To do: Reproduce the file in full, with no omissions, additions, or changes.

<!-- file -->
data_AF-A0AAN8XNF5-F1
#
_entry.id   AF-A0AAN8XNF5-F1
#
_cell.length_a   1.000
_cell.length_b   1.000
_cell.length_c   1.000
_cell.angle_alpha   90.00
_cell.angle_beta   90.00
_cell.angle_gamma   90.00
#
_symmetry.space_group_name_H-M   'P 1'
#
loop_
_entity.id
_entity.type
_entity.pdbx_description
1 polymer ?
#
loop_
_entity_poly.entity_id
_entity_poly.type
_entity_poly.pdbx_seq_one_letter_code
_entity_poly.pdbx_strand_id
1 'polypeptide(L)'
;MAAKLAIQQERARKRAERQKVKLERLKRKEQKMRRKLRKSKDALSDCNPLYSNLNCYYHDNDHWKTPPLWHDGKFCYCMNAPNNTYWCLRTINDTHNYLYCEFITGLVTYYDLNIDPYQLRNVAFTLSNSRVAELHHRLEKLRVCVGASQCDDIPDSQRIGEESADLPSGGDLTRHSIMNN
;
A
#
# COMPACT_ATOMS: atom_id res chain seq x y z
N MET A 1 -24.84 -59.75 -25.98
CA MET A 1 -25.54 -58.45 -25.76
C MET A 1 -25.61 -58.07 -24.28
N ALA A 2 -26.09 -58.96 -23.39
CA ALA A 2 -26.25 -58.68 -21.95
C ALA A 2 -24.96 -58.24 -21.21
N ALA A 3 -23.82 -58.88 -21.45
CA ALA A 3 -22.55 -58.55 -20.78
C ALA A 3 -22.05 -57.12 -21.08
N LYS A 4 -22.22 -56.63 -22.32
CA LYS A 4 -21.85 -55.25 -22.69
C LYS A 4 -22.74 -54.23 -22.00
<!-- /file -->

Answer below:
data_AF-A0AAN8XNF5-F1
#
_entry.id   AF-A0AAN8XNF5-F1
#
_cell.length_a   1.000
_cell.length_b   1.000
_cell.length_c   1.000
_cell.angle_alpha   90.00
_cell.angle_beta   90.00
_cell.angle_gamma   90.00
#
_symmetry.space_group_name_H-M   'P 1'
#
loop_
_entity.id
_entity.type
_entity.pdbx_description
1 polymer ?
#
loop_
_entity_poly.entity_id
_entity_poly.type
_entity_poly.pdbx_seq_one_letter_code
_entity_poly.pdbx_strand_id
1 'polypeptide(L)'
;MAAKLAIQQERARKRAERQKVKLERLKRKEQKMRRKLRKSKDALSDCNPLYSNLNCYYHDNDHWKTPPLWHDGKFCYCMNAPNNTYWCLRTINDTHNYLYCEFITGLVTYYDLNIDPYQLRNVAFTLSNSRVAELHHRLEKLRVCVGASQCDDIPDSQRIGEESADLPSGGDLTRHSIMNN
;
A
#
# COMPACT_ATOMS: atom_id res chain seq x y z
N MET A 1 -24.84 -59.75 -25.98
CA MET A 1 -25.54 -58.45 -25.76
C MET A 1 -25.61 -58.07 -24.28
N ALA A 2 -26.09 -58.96 -23.39
CA ALA A 2 -26.25 -58.68 -21.95
C ALA A 2 -24.96 -58.24 -21.21
N ALA A 3 -23.82 -58.88 -21.45
CA ALA A 3 -22.55 -58.55 -20.78
C ALA A 3 -22.05 -57.12 -21.08
N LYS A 4 -22.22 -56.63 -22.32
CA LYS A 4 -21.85 -55.25 -22.69
C LYS A 4 -22.74 -54.23 -22.00